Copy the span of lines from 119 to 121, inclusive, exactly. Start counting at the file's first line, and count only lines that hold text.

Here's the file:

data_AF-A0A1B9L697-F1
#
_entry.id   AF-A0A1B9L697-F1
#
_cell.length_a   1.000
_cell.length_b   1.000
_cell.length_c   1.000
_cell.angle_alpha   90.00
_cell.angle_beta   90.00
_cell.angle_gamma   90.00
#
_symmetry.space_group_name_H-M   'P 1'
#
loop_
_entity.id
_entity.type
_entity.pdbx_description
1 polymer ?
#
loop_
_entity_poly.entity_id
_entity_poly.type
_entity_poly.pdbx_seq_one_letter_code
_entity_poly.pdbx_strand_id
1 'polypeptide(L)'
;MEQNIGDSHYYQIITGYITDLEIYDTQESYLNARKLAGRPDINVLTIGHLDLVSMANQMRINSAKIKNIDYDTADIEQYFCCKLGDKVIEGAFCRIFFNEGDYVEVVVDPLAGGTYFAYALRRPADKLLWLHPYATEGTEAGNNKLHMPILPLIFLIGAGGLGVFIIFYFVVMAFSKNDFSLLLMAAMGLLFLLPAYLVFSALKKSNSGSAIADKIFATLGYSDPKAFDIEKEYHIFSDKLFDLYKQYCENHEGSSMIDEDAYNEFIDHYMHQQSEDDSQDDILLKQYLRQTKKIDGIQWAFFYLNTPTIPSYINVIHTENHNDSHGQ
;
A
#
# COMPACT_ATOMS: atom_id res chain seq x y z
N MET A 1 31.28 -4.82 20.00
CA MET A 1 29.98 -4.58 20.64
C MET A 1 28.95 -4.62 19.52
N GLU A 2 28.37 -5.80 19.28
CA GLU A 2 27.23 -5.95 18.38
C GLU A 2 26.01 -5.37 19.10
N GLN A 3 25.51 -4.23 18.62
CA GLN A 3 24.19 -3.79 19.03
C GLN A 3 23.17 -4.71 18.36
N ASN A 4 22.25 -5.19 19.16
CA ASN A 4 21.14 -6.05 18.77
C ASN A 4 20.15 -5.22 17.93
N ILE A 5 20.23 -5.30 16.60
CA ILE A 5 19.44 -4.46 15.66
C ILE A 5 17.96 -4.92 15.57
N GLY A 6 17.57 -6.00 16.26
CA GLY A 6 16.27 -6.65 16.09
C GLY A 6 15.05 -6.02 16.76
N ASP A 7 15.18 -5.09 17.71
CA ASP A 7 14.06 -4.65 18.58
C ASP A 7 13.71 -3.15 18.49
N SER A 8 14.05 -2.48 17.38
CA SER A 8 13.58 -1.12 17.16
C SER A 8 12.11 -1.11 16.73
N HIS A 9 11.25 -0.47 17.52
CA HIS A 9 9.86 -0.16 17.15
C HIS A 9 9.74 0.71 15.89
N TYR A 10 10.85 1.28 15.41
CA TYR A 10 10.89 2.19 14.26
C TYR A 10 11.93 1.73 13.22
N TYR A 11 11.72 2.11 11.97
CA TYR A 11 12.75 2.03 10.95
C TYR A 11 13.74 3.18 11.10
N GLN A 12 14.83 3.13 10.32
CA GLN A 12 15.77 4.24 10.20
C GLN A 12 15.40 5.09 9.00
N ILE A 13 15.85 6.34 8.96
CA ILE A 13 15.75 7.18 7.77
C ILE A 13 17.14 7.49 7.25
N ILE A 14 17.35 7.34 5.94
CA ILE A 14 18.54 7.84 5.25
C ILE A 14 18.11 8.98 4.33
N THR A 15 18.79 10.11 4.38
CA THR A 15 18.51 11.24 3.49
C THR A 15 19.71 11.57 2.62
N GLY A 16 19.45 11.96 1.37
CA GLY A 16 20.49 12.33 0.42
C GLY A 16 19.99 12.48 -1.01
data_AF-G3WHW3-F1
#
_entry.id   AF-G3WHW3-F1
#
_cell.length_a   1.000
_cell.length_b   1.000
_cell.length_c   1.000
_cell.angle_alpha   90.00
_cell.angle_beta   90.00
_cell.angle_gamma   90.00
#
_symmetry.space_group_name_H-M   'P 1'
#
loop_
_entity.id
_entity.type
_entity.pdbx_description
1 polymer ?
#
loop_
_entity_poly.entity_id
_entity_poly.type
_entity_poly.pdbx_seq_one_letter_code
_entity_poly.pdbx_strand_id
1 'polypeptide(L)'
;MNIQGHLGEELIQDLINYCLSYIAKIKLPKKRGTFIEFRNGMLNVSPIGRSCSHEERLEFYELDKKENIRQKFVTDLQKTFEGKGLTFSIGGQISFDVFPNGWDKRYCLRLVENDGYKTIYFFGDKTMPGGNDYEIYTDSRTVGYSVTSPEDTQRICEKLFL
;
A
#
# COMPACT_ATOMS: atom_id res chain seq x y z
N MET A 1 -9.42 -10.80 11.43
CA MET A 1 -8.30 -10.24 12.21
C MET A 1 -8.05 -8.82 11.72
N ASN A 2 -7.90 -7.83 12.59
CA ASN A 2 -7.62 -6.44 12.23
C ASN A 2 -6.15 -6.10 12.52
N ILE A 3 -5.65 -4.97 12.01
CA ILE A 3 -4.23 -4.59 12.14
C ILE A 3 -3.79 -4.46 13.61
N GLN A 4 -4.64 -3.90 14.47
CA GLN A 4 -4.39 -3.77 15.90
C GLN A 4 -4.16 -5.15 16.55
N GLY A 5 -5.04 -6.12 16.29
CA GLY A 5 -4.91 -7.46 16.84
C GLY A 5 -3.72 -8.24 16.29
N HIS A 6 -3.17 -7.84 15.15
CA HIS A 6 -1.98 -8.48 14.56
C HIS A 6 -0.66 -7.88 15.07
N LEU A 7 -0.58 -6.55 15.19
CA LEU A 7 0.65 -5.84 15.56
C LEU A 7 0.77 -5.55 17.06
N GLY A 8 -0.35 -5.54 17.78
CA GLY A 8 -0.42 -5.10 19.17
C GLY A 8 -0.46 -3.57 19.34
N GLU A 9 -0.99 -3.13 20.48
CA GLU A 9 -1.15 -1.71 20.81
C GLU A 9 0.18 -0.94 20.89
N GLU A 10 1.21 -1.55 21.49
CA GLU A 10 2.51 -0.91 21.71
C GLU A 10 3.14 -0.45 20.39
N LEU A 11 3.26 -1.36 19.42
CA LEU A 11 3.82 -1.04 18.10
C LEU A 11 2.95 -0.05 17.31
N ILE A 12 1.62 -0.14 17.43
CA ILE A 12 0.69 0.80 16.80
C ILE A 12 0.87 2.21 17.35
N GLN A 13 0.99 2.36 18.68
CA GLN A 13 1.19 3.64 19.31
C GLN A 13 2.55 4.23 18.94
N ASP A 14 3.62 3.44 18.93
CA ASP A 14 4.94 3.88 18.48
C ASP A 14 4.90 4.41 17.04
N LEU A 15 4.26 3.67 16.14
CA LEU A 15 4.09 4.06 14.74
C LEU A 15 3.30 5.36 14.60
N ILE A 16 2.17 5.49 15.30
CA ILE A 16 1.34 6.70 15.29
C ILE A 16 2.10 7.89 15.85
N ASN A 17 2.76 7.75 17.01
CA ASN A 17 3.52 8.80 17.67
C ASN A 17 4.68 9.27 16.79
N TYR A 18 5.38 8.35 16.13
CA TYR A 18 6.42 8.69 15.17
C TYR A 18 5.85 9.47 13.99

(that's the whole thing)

CA GLN A 4 -4.39 -3.77 15.90
C GLN A 4 -4.16 -5.15 16.55
N GLY A 5 -5.04 -6.12 16.29